Who is Susan Sontag? You may have heard her name before. The first time I heard her name was as an undergraduate at Columbia College Chicago while pursuing my Bachelor's Degree in Cultural Studies, probably around 2007. The class was assigned to read Notes on Camp . I'm not sure I understood then, as I'm not so sure I understand it now, but this is what fascinated me: that an intellectual, an intellectual woman, was writing about culture, specifically commercial culture in a completely unique wa ...more
Frederic
Oct 08, 2019 rated it it was ok  ·  review of another edition
A huge disappointment...exhaustively researched and informative but the contempt that the writer shows for Sontag,and many of the peripheral figures in her story,made for quite unpleasant reading...I neither expected nor wanted a hagiography but the relentless pseudo-Freudian 'explanations' turned me off...if one is interested in finding out who Sontag was,read the journals,especially REBORN...
Beth
Evidently I liked this enough to read all 700 pages, but it reminded me of Blake Bailey's biography of Cheever in that by the end you really didn't like the subject of the book. Also, not knowing a lot about Susan Sontag beforehand, this didn't convince me of her amazing contributions to American intellectualism. Overall, a strange and disheartening reading experience.
J Earl
Sep 15, 2019 rated it really liked it  ·  review of another edition
Sontag: Her Life and Work from Benjamin Moser is both a disappointment and a book I would still recommend. Such is the nature of an authorized biography by a mediocre writer whose reputation was built off of a biography that was largely borrowed, all the way down to chapter titles and narrative structure.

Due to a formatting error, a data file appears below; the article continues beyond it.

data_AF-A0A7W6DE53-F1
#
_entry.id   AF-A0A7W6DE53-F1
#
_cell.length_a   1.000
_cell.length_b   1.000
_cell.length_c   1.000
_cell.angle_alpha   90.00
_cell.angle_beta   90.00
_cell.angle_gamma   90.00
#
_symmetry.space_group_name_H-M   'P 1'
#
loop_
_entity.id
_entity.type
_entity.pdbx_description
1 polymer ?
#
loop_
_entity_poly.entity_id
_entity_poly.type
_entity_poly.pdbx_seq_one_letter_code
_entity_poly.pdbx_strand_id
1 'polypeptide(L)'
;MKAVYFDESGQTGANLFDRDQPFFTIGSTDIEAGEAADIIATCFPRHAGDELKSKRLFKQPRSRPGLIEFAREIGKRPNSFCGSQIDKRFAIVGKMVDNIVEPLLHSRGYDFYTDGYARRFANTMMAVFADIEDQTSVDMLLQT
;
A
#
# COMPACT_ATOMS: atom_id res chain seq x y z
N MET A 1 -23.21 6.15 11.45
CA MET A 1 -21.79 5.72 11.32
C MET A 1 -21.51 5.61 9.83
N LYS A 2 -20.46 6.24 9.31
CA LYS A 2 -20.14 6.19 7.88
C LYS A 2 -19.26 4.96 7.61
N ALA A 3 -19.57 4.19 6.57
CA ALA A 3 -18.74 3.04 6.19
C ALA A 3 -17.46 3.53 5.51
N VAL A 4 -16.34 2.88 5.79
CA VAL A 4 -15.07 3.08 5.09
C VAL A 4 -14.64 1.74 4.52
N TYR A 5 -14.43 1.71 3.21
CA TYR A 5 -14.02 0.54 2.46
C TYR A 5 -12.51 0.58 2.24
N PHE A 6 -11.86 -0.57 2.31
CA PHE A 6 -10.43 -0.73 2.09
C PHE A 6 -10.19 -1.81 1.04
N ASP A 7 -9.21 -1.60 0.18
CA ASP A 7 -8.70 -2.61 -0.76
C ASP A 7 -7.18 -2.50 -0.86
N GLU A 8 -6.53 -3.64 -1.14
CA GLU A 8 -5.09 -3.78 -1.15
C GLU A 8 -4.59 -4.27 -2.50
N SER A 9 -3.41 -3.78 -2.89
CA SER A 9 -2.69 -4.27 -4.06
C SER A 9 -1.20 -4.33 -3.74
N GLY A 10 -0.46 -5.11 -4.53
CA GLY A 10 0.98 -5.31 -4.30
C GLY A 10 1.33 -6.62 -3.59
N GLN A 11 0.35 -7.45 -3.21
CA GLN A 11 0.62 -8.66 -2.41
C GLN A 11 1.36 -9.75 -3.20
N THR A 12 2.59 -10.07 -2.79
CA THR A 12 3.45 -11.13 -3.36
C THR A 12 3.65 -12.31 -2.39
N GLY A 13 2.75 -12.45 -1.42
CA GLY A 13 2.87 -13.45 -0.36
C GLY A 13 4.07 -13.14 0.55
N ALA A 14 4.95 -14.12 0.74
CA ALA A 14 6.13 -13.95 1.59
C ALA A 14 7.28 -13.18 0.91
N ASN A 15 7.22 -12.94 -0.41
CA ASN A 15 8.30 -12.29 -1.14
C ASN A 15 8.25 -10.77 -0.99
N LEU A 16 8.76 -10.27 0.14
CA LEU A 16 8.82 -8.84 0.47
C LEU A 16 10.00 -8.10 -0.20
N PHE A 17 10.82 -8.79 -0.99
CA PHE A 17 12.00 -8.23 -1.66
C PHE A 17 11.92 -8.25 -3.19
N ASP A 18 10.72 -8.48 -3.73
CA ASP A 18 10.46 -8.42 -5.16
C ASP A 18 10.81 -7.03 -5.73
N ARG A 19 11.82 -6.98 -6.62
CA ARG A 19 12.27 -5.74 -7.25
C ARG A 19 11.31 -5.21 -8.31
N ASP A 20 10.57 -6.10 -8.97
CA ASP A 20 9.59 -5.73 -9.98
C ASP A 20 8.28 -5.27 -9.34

As he did with Lispector, Moser tries to inject himself into the biography through questionable interpretations (of both the psychological nature toward Sontag and the literary natur
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Dokter Dewi
Oct 08, 2019 rated it it was amazing
This review has been hidden because it contains spoilers. To view it, click here.
Bakol Iwak
Oct 07, 2019 rated it it was amazing
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Lili Bammens
Oct 13, 2019 rated it liked it
Dit boek stelde mij teleur. Ik verwachtte dat een echte biografie want Susan Sontag als mens beter leren kennen, dat boeide me wel. Ik las van haar enkel "De vulkaanminnaar", in de 1e leesgroep waar ik ooit bij was, De Maasdemoisellen, ooit nog als leesgroep aan bod gekomen bij de VPRO!
Maar dit geheel terzijde, zou Brusselmans zeggen.
De biografie dus, die stelde me teleur omdat er naar mijn smaak te veel werd ingegaan op de filosofie. Niet enkel die van Susan Zondag maar ook op die v
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Matthew Knott
Oct 13, 2019 rated it it was amazing
This is a tremendous biography that is far more readable and less daunting than its subject matter and size would suggest. It is unflinching and at times very critical of Sontag: she comes across as a tyrant in the later years of her personal life and Moser castigates her for not using her stature to raise awareness of the AIDS epidemic. But then you see her genuinely courageous work to bring attention to the genocide in Bosnia + her remarkable breadth of cultural knowledge. The chapters are sho ...more
Elbrozzie
Got halfway through then bailed. Aside from a tedious read--a book worthy of being a door stop, Moser seems bent to show off how smart he is--even smarter than Sontag.
Mark Wheaton
Oct 07, 2019 rated it it was amazing
An incredible life revealed in a great and unflinching biography. Rare to get to the end of a 700-page hardcover and realize you wish you still had a couple more volumes to go.
William Dury
Oct 13, 2019 rated it it was ok
My first DNF. Loved her life in the San Fernando Valley as a youngster, and her trips to Pick Wick bookstore in Hollywood. (Is it still there?) Loved that at the age of fifteen, per the school Principal, she had read more books than her English teacher. Loved that she got reprimanded for reading Kant instead of Readers Digest in, most likely, the same teacher’s class. I grew less interesting as she got to college and married the guy who took credit for a book she ghost wrote for him. I DNF’d whe ...more
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Benjamin Moser is a writer, editor, critic, and translator who was born in Houston in 1976 and lives in the Netherlands. After attending high school in Texas and France, he graduated from Brown University with a degree in History. He earned his M.A. and Ph.D. from the University of Utrecht.

He worked at Foreign Affairs magazine and Alfred A. Knopf in New York before becoming an editor a